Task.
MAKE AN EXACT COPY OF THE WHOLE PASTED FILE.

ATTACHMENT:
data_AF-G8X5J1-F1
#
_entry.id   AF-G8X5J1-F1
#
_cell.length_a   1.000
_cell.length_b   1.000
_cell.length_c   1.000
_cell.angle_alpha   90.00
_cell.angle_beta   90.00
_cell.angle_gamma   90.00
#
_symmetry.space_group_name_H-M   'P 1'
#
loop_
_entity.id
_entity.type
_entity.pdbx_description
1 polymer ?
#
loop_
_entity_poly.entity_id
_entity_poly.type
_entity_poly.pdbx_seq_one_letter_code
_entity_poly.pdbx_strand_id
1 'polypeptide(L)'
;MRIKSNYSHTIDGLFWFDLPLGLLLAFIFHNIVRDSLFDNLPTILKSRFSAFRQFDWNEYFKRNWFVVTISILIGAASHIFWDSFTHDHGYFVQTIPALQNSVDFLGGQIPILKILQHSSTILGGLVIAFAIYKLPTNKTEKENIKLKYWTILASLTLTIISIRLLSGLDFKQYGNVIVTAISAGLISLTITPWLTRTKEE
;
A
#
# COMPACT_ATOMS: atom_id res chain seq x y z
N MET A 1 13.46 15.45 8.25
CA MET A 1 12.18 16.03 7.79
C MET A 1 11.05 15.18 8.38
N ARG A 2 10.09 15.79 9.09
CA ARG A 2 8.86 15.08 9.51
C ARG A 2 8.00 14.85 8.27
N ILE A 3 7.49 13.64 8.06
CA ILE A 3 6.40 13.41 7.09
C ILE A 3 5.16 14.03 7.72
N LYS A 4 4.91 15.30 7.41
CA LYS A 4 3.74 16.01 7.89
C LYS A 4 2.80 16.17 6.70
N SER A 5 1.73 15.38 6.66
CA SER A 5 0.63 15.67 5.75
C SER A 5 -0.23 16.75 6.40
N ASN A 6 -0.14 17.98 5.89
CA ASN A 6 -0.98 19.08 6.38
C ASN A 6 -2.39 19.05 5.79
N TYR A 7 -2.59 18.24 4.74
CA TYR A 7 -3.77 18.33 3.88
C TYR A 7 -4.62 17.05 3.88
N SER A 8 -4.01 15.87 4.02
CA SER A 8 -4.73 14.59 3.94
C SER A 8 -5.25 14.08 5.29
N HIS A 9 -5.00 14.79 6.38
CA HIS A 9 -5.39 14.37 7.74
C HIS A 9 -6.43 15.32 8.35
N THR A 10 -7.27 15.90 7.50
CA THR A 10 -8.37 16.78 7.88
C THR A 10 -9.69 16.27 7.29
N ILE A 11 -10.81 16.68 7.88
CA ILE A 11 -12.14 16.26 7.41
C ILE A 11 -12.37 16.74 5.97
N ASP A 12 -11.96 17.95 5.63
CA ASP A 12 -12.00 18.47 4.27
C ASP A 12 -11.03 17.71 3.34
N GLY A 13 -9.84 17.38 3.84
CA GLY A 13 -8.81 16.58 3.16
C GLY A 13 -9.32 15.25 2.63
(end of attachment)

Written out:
data_AF-G8X5J1-F1
#
_entry.id   AF-G8X5J1-F1
#
_cell.length_a   1.000
_cell.length_b   1.000
_cell.length_c   1.000
_cell.angle_alpha   90.00
_cell.angle_beta   90.00
_cell.angle_gamma   90.00
#
_symmetry.space_group_name_H-M   'P 1'
#
loop_
_entity.id
_entity.type
_entity.pdbx_description
1 polymer ?
#
loop_
_entity_poly.entity_id
_entity_poly.type
_entity_poly.pdbx_seq_one_letter_code
_entity_poly.pdbx_strand_id
1 'polypeptide(L)'
;MRIKSNYSHTIDGLFWFDLPLGLLLAFIFHNIVRDSLFDNLPTILKSRFSAFRQFDWNEYFKRNWFVVTISILIGAASHIFWDSFTHDHGYFVQTIPALQNSVDFLGGQIPILKILQHSSTILGGLVIAFAIYKLPTNKTEKENIKLKYWTILASLTLTIISIRLLSGLDFKQYGNVIVTAISAGLISLTITPWLTRTKEE
;
A
#
# COMPACT_ATOMS: atom_id res chain seq x y z
N MET A 1 13.46 15.45 8.25
CA MET A 1 12.18 16.03 7.79
C MET A 1 11.05 15.18 8.38
N ARG A 2 10.09 15.79 9.09
CA ARG A 2 8.86 15.08 9.51
C ARG A 2 8.00 14.85 8.27
N ILE A 3 7.49 13.64 8.06
CA ILE A 3 6.40 13.41 7.09
C ILE A 3 5.16 14.03 7.72
N LYS A 4 4.91 15.30 7.41
CA LYS A 4 3.74 16.01 7.89
C LYS A 4 2.80 16.17 6.70
N SER A 5 1.73 15.38 6.66
CA SER A 5 0.63 15.67 5.75
C SER A 5 -0.23 16.75 6.40
N ASN A 6 -0.14 17.98 5.89
CA ASN A 6 -0.98 19.08 6.38
C ASN A 6 -2.39 19.05 5.79
N TYR A 7 -2.59 18.24 4.74
CA TYR A 7 -3.77 18.33 3.88
C TYR A 7 -4.62 17.05 3.88
N SER A 8 -4.01 15.87 4.02
CA SER A 8 -4.73 14.59 3.94
C SER A 8 -5.25 14.08 5.29
N HIS A 9 -5.00 14.79 6.38
CA HIS A 9 -5.39 14.37 7.74
C HIS A 9 -6.43 15.32 8.35
N THR A 10 -7.27 15.90 7.50
CA THR A 10 -8.37 16.78 7.88
C THR A 10 -9.69 16.27 7.29
N ILE A 11 -10.81 16.68 7.88
CA ILE A 11 -12.14 16.26 7.41
C ILE A 11 -12.37 16.74 5.97
N ASP A 12 -11.96 17.95 5.63
CA ASP A 12 -12.00 18.47 4.27
C ASP A 12 -11.03 17.71 3.34
N GLY A 13 -9.84 17.38 3.84
CA GLY A 13 -8.81 16.58 3.16
C GLY A 13 -9.32 15.25 2.63